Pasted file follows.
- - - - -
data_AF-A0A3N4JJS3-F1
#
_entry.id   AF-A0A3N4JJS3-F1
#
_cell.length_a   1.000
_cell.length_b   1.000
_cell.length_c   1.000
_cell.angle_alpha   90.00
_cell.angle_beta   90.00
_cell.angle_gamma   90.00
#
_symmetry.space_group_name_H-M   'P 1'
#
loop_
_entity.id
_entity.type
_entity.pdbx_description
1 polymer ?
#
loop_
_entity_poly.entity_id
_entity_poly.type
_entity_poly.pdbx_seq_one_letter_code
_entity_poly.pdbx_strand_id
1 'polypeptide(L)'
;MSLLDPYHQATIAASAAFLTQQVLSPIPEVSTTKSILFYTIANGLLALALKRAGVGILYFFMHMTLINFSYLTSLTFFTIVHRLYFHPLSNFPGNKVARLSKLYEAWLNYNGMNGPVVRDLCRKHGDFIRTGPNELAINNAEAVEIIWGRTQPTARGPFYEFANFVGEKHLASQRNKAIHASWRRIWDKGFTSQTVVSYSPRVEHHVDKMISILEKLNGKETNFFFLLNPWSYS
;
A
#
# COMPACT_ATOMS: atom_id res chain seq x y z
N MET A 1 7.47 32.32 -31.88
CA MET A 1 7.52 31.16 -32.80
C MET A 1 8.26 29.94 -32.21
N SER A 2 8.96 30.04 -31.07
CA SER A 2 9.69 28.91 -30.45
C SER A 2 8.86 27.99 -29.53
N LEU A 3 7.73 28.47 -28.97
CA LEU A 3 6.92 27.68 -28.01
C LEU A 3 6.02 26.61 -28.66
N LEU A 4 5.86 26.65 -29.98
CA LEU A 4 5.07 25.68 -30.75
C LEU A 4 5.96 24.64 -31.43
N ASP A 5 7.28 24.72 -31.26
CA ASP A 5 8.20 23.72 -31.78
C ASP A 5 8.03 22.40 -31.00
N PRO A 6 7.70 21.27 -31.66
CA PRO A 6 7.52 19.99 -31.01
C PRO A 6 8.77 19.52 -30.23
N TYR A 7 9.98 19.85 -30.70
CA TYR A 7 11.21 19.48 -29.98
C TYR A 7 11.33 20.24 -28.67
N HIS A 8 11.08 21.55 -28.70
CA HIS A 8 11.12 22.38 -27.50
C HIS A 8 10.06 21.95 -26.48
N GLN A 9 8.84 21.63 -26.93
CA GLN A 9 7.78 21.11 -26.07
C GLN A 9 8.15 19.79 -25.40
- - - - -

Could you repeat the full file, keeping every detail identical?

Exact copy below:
data_AF-A0A3N4JJS3-F1
#
_entry.id   AF-A0A3N4JJS3-F1
#
_cell.length_a   1.000
_cell.length_b   1.000
_cell.length_c   1.000
_cell.angle_alpha   90.00
_cell.angle_beta   90.00
_cell.angle_gamma   90.00
#
_symmetry.space_group_name_H-M   'P 1'
#
loop_
_entity.id
_entity.type
_entity.pdbx_description
1 polymer ?
#
loop_
_entity_poly.entity_id
_entity_poly.type
_entity_poly.pdbx_seq_one_letter_code
_entity_poly.pdbx_strand_id
1 'polypeptide(L)'
;MSLLDPYHQATIAASAAFLTQQVLSPIPEVSTTKSILFYTIANGLLALALKRAGVGILYFFMHMTLINFSYLTSLTFFTIVHRLYFHPLSNFPGNKVARLSKLYEAWLNYNGMNGPVVRDLCRKHGDFIRTGPNELAINNAEAVEIIWGRTQPTARGPFYEFANFVGEKHLASQRNKAIHASWRRIWDKGFTSQTVVSYSPRVEHHVDKMISILEKLNGKETNFFFLLNPWSYS
;
A
#
# COMPACT_ATOMS: atom_id res chain seq x y z
N MET A 1 7.47 32.32 -31.88
CA MET A 1 7.52 31.16 -32.80
C MET A 1 8.26 29.94 -32.21
N SER A 2 8.96 30.04 -31.07
CA SER A 2 9.69 28.91 -30.45
C SER A 2 8.86 27.99 -29.53
N LEU A 3 7.73 28.47 -28.97
CA LEU A 3 6.92 27.68 -28.01
C LEU A 3 6.02 26.61 -28.66
N LEU A 4 5.86 26.65 -29.98
CA LEU A 4 5.07 25.68 -30.75
C LEU A 4 5.96 24.64 -31.43
N ASP A 5 7.28 24.72 -31.26
CA ASP A 5 8.20 23.72 -31.78
C ASP A 5 8.03 22.40 -31.00
N PRO A 6 7.70 21.27 -31.66
CA PRO A 6 7.52 19.99 -31.01
C PRO A 6 8.77 19.52 -30.23
N TYR A 7 9.98 19.85 -30.70
CA TYR A 7 11.21 19.48 -29.98
C TYR A 7 11.33 20.24 -28.67
N HIS A 8 11.08 21.55 -28.70
CA HIS A 8 11.12 22.38 -27.50
C HIS A 8 10.06 21.95 -26.48
N GLN A 9 8.84 21.63 -26.93
CA GLN A 9 7.78 21.11 -26.07
C GLN A 9 8.15 19.79 -25.40